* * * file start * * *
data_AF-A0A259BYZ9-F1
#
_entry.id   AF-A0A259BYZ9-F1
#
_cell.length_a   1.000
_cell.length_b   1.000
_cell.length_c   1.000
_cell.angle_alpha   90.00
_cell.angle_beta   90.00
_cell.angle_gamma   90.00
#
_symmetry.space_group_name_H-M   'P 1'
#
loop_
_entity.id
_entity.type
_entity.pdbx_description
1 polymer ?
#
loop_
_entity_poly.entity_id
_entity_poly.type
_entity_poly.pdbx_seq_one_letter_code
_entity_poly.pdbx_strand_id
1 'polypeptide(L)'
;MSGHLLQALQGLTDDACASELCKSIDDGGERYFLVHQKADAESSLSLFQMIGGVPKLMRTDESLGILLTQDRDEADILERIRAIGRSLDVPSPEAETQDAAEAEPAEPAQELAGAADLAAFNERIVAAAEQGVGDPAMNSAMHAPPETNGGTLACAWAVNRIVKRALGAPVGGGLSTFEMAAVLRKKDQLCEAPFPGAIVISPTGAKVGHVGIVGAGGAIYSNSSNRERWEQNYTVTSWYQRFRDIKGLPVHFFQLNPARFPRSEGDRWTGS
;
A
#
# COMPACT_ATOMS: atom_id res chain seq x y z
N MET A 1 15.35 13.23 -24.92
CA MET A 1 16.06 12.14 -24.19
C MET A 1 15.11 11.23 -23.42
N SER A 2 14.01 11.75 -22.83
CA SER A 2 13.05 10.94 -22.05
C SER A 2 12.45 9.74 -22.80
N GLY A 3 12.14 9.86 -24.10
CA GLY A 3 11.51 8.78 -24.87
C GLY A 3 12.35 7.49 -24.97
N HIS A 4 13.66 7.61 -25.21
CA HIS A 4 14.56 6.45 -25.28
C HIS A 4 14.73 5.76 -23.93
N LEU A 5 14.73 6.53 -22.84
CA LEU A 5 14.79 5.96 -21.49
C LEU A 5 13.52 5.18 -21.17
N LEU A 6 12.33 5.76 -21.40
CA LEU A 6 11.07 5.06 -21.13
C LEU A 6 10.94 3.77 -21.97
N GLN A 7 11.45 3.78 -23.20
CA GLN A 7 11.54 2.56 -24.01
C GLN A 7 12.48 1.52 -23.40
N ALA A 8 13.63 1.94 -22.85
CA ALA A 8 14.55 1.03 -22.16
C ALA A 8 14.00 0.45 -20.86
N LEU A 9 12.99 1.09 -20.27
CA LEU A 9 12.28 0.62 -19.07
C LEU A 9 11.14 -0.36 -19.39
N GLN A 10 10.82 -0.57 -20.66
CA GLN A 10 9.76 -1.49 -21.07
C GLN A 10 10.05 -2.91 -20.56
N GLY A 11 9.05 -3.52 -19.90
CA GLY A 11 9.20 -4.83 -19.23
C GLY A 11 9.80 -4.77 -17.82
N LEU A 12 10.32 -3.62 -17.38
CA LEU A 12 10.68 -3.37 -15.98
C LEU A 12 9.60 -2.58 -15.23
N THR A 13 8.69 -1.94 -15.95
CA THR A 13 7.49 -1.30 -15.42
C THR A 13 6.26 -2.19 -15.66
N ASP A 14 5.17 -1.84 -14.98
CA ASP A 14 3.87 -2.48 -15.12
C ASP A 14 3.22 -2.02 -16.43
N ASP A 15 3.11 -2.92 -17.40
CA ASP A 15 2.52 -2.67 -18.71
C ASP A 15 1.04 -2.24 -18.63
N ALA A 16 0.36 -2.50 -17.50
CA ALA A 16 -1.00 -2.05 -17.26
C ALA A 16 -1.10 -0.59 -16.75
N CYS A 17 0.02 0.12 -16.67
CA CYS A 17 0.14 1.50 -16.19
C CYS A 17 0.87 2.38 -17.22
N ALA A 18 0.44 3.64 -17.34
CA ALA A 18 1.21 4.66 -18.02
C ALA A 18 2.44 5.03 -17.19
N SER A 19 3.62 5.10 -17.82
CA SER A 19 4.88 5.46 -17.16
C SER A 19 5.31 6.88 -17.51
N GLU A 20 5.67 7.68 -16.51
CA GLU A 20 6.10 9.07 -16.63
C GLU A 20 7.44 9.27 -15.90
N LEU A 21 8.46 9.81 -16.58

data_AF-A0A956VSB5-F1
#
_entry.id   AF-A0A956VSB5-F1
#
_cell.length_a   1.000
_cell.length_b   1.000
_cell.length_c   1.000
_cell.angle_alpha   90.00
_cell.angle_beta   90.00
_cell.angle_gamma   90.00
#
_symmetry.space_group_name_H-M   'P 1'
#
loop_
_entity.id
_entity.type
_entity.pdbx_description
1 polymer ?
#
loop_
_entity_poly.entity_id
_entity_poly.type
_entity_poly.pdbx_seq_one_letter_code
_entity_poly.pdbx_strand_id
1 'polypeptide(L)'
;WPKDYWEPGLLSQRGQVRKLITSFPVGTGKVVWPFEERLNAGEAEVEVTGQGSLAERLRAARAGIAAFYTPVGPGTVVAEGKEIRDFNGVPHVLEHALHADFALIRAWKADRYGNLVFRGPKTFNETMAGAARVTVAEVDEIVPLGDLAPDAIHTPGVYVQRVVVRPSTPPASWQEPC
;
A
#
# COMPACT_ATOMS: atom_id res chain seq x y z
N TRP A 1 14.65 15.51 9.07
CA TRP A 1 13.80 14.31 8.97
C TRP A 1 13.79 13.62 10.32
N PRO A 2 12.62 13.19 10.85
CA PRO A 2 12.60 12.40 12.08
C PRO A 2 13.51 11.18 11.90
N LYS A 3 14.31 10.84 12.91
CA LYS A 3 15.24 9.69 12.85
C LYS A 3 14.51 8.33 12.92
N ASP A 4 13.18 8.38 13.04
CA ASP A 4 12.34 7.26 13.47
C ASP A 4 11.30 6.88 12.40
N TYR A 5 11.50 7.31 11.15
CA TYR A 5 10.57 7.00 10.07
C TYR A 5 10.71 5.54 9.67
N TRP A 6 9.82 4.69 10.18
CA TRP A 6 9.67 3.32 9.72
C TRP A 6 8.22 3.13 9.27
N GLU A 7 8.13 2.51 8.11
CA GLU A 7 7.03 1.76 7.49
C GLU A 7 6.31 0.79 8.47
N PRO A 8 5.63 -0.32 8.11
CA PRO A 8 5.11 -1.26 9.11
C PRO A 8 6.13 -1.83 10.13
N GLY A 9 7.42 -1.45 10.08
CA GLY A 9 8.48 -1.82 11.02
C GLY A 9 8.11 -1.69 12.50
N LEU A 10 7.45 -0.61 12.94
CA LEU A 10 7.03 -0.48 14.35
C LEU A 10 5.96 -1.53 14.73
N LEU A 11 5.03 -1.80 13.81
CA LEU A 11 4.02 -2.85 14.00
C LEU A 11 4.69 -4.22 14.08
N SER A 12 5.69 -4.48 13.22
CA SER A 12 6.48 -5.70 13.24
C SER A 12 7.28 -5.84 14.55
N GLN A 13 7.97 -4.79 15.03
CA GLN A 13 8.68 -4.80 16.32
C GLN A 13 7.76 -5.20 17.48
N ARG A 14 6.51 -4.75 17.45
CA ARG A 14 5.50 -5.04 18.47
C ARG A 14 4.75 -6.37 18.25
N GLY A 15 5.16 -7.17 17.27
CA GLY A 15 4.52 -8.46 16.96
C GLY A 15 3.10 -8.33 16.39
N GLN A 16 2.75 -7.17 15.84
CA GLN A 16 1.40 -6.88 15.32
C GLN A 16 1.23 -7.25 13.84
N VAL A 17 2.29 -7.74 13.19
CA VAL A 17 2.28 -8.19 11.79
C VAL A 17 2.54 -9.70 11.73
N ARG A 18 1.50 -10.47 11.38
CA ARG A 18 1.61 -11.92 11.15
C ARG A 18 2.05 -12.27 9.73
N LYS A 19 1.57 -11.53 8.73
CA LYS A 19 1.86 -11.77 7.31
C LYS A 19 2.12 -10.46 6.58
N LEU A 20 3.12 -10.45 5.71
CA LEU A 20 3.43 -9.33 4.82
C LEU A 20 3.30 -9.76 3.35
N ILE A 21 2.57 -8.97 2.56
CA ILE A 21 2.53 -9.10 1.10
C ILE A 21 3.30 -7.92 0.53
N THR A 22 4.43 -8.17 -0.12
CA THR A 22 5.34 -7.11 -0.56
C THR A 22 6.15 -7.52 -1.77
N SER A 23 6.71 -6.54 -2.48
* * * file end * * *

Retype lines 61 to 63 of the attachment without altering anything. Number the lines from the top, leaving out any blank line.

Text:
N GLY A 11 9.05 -3.52 -19.90
CA GLY A 11 9.20 -4.83 -19.23
C GLY A 11 9.80 -4.77 -17.82